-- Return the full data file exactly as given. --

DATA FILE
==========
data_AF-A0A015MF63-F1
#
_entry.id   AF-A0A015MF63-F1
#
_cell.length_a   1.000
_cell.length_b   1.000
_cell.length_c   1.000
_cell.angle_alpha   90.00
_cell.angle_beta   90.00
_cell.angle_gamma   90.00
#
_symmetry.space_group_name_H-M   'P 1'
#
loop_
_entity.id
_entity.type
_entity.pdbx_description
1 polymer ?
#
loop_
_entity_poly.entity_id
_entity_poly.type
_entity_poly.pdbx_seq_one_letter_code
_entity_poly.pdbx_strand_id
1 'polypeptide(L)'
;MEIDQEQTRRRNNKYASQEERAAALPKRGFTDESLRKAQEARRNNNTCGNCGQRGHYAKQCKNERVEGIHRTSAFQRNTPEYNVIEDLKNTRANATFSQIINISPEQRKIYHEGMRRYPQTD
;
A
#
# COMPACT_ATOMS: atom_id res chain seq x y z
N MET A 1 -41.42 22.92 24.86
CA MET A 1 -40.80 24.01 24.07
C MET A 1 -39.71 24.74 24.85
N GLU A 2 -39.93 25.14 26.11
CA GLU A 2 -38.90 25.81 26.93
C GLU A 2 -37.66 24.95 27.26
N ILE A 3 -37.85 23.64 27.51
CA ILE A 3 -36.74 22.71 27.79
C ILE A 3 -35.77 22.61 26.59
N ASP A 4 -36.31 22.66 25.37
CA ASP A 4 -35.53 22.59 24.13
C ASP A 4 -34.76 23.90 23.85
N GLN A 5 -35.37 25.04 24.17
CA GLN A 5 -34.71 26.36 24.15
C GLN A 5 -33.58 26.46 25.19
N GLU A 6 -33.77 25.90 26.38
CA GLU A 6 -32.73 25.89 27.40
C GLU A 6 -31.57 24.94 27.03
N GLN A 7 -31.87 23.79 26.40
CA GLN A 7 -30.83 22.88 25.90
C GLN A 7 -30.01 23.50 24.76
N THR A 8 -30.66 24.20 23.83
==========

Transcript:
data_AF-A0A015MF63-F1
#
_entry.id   AF-A0A015MF63-F1
#
_cell.length_a   1.000
_cell.length_b   1.000
_cell.length_c   1.000
_cell.angle_alpha   90.00
_cell.angle_beta   90.00
_cell.angle_gamma   90.00
#
_symmetry.space_group_name_H-M   'P 1'
#
loop_
_entity.id
_entity.type
_entity.pdbx_description
1 polymer ?
#
loop_
_entity_poly.entity_id
_entity_poly.type
_entity_poly.pdbx_seq_one_letter_code
_entity_poly.pdbx_strand_id
1 'polypeptide(L)'
;MEIDQEQTRRRNNKYASQEERAAALPKRGFTDESLRKAQEARRNNNTCGNCGQRGHYAKQCKNERVEGIHRTSAFQRNTPEYNVIEDLKNTRANATFSQIINISPEQRKIYHEGMRRYPQTD
;
A
#
# COMPACT_ATOMS: atom_id res chain seq x y z
N MET A 1 -41.42 22.92 24.86
CA MET A 1 -40.80 24.01 24.07
C MET A 1 -39.71 24.74 24.85
N GLU A 2 -39.93 25.14 26.11
CA GLU A 2 -38.90 25.81 26.93
C GLU A 2 -37.66 24.95 27.26
N ILE A 3 -37.85 23.64 27.51
CA ILE A 3 -36.74 22.71 27.79
C ILE A 3 -35.77 22.61 26.59
N ASP A 4 -36.31 22.66 25.37
CA ASP A 4 -35.53 22.59 24.13
C ASP A 4 -34.76 23.90 23.85
N GLN A 5 -35.37 25.04 24.17
CA GLN A 5 -34.71 26.36 24.15
C GLN A 5 -33.58 26.46 25.19
N GLU A 6 -33.77 25.90 26.38
CA GLU A 6 -32.73 25.89 27.40
C GLU A 6 -31.57 24.94 27.03
N GLN A 7 -31.87 23.79 26.40
CA GLN A 7 -30.83 22.88 25.90
C GLN A 7 -30.01 23.50 24.76
N THR A 8 -30.66 24.20 23.83